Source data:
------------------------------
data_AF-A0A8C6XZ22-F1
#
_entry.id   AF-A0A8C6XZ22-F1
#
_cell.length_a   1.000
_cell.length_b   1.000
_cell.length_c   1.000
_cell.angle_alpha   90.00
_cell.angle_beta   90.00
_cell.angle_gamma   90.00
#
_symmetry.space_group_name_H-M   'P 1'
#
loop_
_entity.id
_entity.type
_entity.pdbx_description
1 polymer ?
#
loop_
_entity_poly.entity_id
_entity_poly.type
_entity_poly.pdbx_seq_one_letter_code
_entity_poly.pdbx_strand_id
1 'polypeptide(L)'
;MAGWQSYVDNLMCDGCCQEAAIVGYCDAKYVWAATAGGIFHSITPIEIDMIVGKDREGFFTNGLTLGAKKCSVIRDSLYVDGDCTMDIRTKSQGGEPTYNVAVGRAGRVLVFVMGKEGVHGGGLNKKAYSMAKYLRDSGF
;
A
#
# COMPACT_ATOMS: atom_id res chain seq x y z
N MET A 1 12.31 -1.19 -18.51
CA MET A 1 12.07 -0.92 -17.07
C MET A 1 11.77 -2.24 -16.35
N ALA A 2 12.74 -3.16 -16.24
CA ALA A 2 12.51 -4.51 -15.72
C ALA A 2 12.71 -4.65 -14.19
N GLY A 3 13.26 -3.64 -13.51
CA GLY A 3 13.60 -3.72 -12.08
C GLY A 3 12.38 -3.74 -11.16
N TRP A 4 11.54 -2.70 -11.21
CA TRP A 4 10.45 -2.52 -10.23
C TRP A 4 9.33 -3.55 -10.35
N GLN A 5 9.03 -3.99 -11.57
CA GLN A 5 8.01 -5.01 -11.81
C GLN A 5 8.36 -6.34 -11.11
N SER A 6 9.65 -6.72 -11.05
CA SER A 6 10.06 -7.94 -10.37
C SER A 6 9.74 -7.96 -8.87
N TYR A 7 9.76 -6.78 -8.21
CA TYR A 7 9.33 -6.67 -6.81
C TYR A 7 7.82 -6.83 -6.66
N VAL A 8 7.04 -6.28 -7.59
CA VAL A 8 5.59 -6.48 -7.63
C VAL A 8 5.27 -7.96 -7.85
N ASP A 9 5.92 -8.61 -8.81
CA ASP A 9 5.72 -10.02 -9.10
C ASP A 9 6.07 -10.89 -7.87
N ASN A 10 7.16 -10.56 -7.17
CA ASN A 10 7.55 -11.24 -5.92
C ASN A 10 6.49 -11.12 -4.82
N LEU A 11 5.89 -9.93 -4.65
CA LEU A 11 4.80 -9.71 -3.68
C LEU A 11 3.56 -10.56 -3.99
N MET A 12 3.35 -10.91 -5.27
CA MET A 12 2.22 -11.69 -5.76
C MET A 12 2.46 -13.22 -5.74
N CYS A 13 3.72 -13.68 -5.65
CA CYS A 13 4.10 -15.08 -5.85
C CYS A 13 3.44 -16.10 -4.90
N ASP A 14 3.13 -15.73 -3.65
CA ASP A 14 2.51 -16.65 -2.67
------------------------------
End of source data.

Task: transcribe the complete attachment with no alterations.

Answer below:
data_AF-A0A8C6XZ22-F1
#
_entry.id   AF-A0A8C6XZ22-F1
#
_cell.length_a   1.000
_cell.length_b   1.000
_cell.length_c   1.000
_cell.angle_alpha   90.00
_cell.angle_beta   90.00
_cell.angle_gamma   90.00
#
_symmetry.space_group_name_H-M   'P 1'
#
loop_
_entity.id
_entity.type
_entity.pdbx_description
1 polymer ?
#
loop_
_entity_poly.entity_id
_entity_poly.type
_entity_poly.pdbx_seq_one_letter_code
_entity_poly.pdbx_strand_id
1 'polypeptide(L)'
;MAGWQSYVDNLMCDGCCQEAAIVGYCDAKYVWAATAGGIFHSITPIEIDMIVGKDREGFFTNGLTLGAKKCSVIRDSLYVDGDCTMDIRTKSQGGEPTYNVAVGRAGRVLVFVMGKEGVHGGGLNKKAYSMAKYLRDSGF
;
A
#
# COMPACT_ATOMS: atom_id res chain seq x y z
N MET A 1 12.31 -1.19 -18.51
CA MET A 1 12.07 -0.92 -17.07
C MET A 1 11.77 -2.24 -16.35
N ALA A 2 12.74 -3.16 -16.24
CA ALA A 2 12.51 -4.51 -15.72
C ALA A 2 12.71 -4.65 -14.19
N GLY A 3 13.26 -3.64 -13.51
CA GLY A 3 13.60 -3.72 -12.08
C GLY A 3 12.38 -3.74 -11.16
N TRP A 4 11.54 -2.70 -11.21
CA TRP A 4 10.45 -2.52 -10.23
C TRP A 4 9.33 -3.55 -10.35
N GLN A 5 9.03 -3.99 -11.57
CA GLN A 5 8.01 -5.01 -11.81
C GLN A 5 8.36 -6.34 -11.11
N SER A 6 9.65 -6.72 -11.05
CA SER A 6 10.06 -7.94 -10.37
C SER A 6 9.74 -7.96 -8.87
N TYR A 7 9.76 -6.78 -8.21
CA TYR A 7 9.33 -6.67 -6.81
C TYR A 7 7.82 -6.83 -6.66
N VAL A 8 7.04 -6.28 -7.59
CA VAL A 8 5.59 -6.48 -7.63
C VAL A 8 5.27 -7.96 -7.85
N ASP A 9 5.92 -8.61 -8.81
CA ASP A 9 5.72 -10.02 -9.10
C ASP A 9 6.07 -10.89 -7.87
N ASN A 10 7.16 -10.56 -7.17
CA ASN A 10 7.55 -11.24 -5.92
C ASN A 10 6.49 -11.12 -4.82
N LEU A 11 5.89 -9.93 -4.65
CA LEU A 11 4.80 -9.71 -3.68
C LEU A 11 3.56 -10.56 -3.99
N MET A 12 3.35 -10.91 -5.27
CA MET A 12 2.22 -11.69 -5.76
C MET A 12 2.46 -13.22 -5.74
N CYS A 13 3.72 -13.68 -5.65
CA CYS A 13 4.10 -15.08 -5.85
C CYS A 13 3.44 -16.10 -4.90
N ASP A 14 3.13 -15.73 -3.65
CA ASP A 14 2.51 -16.65 -2.67